Both high-power handling transistors, such as those in an audio amplifier, and high-speed integrated circuits, such as the central processing unit (CPU) of a personal computer, generate sufficient heat to benefit from the use of thermal grease to improve the effectiveness of a heatsink. The need for heatsink compound can be minimised or removed by lapping the surfaces of the hot component and the matching heatsink face so that they are virtually perfectly flat and mirror-smooth.[citation needed] Computer overclockers, who increase computer speed by measures that increase heat production, resort to lapping and other extreme cooling methods such as water-cooling.


The metal oxide and nitride particles suspended in silicone thermal compounds have thermal conductivities of up to 220 W/(m·K).[9] In comparison, the thermal conductivity of metals used particle additions, copper is 380 W/(m·K), silver 429 and aluminum 237. The typical thermal conductivities of the silicone compounds are 0.7 to 3 W/(m·K). Silver thermal compounds may have a conductivity of 3 to 8 W/(m·K) or more.

In compounds containing suspended particles, the properties of the fluid may well be the most important. As seen by the thermal conductivity measures above, the conductivity is closer to that of the fluid components rather than the ceramic or metal components. Other properties of fluid components that are important for thermal grease might be:

  1. How well it fills the gaps and conforms to both the component's and the heat sink's uneven surfaces.
  2. How well it adheres to those surfaces
  3. How well it maintains its consistency over the required temperature range
  4. How well it resists drying out or flaking over time
  5. Whether it degrades with oxidation or breaks down over time

The compound must have a suitable consistency to apply easily and remove all excess to leave only the minimum needed.

Application and removal[edit]

Computer processor heatsinks utilize a variety of designs to promote better thermal transfer between components. Some thermal greases have a durability up to at least 8 years.[16] Flat and smooth surfaces may use a small line method to apply material, and exposed heat-pipe surfaces will be best prepared with multiple lines.[17]

Excess grease separating the metal surfaces more than the minimum necessary to exclude air gaps will only degrade conductivity, increasing the risk of overheating.[18] Silver-based thermal grease can also be either slightly electrically conductive or capacitive; if some flows onto the circuits it can cause malfunctioning and damage.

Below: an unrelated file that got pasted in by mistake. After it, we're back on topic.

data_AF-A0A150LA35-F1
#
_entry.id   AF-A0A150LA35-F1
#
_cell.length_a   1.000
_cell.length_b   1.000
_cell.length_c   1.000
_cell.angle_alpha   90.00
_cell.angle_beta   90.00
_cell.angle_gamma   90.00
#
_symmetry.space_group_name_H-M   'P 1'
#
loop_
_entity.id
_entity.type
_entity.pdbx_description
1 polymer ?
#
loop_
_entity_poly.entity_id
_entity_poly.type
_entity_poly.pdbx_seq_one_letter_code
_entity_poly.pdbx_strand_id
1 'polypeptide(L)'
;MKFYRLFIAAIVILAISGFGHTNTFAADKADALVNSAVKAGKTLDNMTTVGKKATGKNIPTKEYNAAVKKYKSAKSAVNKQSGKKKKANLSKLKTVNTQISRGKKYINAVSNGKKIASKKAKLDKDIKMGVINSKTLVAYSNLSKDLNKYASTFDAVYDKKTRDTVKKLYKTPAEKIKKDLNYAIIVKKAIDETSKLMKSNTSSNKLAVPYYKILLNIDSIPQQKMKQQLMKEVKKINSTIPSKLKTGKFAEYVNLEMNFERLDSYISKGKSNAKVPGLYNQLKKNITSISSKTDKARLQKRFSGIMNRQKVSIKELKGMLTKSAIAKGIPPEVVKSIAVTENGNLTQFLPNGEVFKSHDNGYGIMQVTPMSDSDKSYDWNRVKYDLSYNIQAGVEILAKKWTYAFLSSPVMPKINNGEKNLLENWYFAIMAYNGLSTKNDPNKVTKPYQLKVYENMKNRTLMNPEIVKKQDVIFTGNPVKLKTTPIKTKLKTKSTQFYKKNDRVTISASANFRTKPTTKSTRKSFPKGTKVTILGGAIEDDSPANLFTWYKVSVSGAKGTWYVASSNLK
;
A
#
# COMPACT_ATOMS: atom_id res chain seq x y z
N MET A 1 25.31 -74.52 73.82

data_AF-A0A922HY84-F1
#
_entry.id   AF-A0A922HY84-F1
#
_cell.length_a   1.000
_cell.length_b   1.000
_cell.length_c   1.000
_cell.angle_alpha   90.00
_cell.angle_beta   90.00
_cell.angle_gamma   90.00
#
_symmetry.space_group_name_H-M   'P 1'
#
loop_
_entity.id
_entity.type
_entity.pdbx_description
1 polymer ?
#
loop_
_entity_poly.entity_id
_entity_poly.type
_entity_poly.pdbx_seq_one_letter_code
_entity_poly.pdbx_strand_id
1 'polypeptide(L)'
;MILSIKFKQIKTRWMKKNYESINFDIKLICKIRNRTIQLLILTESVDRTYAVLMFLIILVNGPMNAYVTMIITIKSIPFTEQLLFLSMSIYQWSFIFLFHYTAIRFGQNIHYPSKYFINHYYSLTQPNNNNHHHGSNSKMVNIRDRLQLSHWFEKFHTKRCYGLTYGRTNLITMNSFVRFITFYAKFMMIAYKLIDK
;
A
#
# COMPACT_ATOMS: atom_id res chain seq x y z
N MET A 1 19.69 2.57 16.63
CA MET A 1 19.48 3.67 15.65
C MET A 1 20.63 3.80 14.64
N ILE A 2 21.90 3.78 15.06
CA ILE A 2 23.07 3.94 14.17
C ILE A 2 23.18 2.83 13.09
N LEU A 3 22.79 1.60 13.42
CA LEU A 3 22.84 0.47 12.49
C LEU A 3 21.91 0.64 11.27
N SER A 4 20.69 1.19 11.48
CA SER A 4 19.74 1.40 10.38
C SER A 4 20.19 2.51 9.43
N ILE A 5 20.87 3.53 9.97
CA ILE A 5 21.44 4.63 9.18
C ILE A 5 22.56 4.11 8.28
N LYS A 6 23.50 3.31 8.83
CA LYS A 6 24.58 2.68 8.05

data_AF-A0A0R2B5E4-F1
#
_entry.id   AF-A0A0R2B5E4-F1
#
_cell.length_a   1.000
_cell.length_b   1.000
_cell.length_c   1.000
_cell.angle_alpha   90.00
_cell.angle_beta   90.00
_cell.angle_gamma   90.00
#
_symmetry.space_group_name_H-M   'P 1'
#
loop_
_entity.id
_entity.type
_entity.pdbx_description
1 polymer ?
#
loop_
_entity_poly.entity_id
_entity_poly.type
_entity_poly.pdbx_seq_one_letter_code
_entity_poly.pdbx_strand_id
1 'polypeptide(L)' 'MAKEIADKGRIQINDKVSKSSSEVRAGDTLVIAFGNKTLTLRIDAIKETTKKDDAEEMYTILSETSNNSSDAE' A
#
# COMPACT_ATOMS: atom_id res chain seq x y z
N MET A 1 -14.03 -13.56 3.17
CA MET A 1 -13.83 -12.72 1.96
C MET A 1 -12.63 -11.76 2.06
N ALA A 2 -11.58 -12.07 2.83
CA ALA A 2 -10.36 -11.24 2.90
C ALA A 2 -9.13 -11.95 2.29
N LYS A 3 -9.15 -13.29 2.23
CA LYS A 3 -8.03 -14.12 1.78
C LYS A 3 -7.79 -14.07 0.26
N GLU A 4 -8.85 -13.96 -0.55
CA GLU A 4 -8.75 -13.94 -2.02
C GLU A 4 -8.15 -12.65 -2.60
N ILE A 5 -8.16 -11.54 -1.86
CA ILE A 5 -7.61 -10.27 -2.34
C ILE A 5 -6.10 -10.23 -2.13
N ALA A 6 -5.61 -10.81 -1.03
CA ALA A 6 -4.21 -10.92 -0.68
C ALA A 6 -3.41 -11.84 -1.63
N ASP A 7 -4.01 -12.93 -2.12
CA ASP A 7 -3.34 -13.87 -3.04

Over time, some thermal greases may dry out, have reduced heat transferring capabilities, or set like glue and make it difficult to remove the heat sink. If too much force is applied the processor may be damaged. Heating the grease by turning the processor on for a short period often softens the adhesion. Another method to use can be by turning the heatsink slowly instead of lifting it up. It is recommended that thermal grease be re-applied with each removal of the heatsink.[8]

Silicone oil-based thermal grease can be removed from a component or heatsink with an alcohol (such as rubbing alcohol) or acetone. Special-purpose cleaners are made for removing heatsink grease and cleaning the surfaces.

See also[edit]


  1. ^ Werner Haller et al. (2007), "Adhesives", Ullmann's Encyclopedia of Industrial Chemistry (7th ed.), Wiley, pp. 58–59 
  2. ^ Otto Vohler et al. (2007), "Carbon", Ullmann's Encyclopedia of Industrial Chemistry (7th ed.), Wiley 
  3. ^ Hermann Renner et al. (2007), "Silver", Ullmann's Encyclopedia of Industrial Chemistry (7th ed.), Wiley, p. 7 
  4. ^ a b Peter Ettmayer; Walter Lengauer (2007), "Nitrides", Ullmann's Encyclopedia of Industrial Chemistry (7th ed.), Wiley, p. 5 
  5. ^ Hans G. Völz et al. (2007), "Pigments, Inorganic", Ullmann's Encyclopedia of Industrial Chemistry (7th ed.), Wiley 
  6. ^ Properties of some commercial greases
  7. ^ Datasheet for AOS Thermal Compound Micro-Faze
  8. ^ a b Daniel Rutter. Thermal transfer compound comparison
  9. ^ a b Greg Becker, Chris Lee, and Zuchen Lin (July 2005). "Thermal conductivity in advanced chips — Emerging generation of thermal greases offers advantages". Advanced Packaging: 2–4. Retrieved 2008-03-04. 
  10. ^ High thermal conductivity epoxy-silver composites based on self-constructed nanostructured metallic networks
  11. ^ Electrospell Thermodime DIAMOND-based heat transfer compound
  12. ^ JetArt Nano Diamond Thermal Compound
  13. ^ IC Diamond 7 Carat Thermal Compound Review
  14. ^ Thermene Employees. "The science behind graphene". 2013.
  15. ^ List of thermal conductivities
  16. ^ "Arctic Cooling". Retrieved 2010-09-18. 
  17. ^ Coles, Olin. "Best Thermal Paste Application Methods". Retrieved 2008-04-20. 
  18. ^ "How To Correctly Apply Thermal Grease". 2006-01-12. Retrieved 2010-09-26.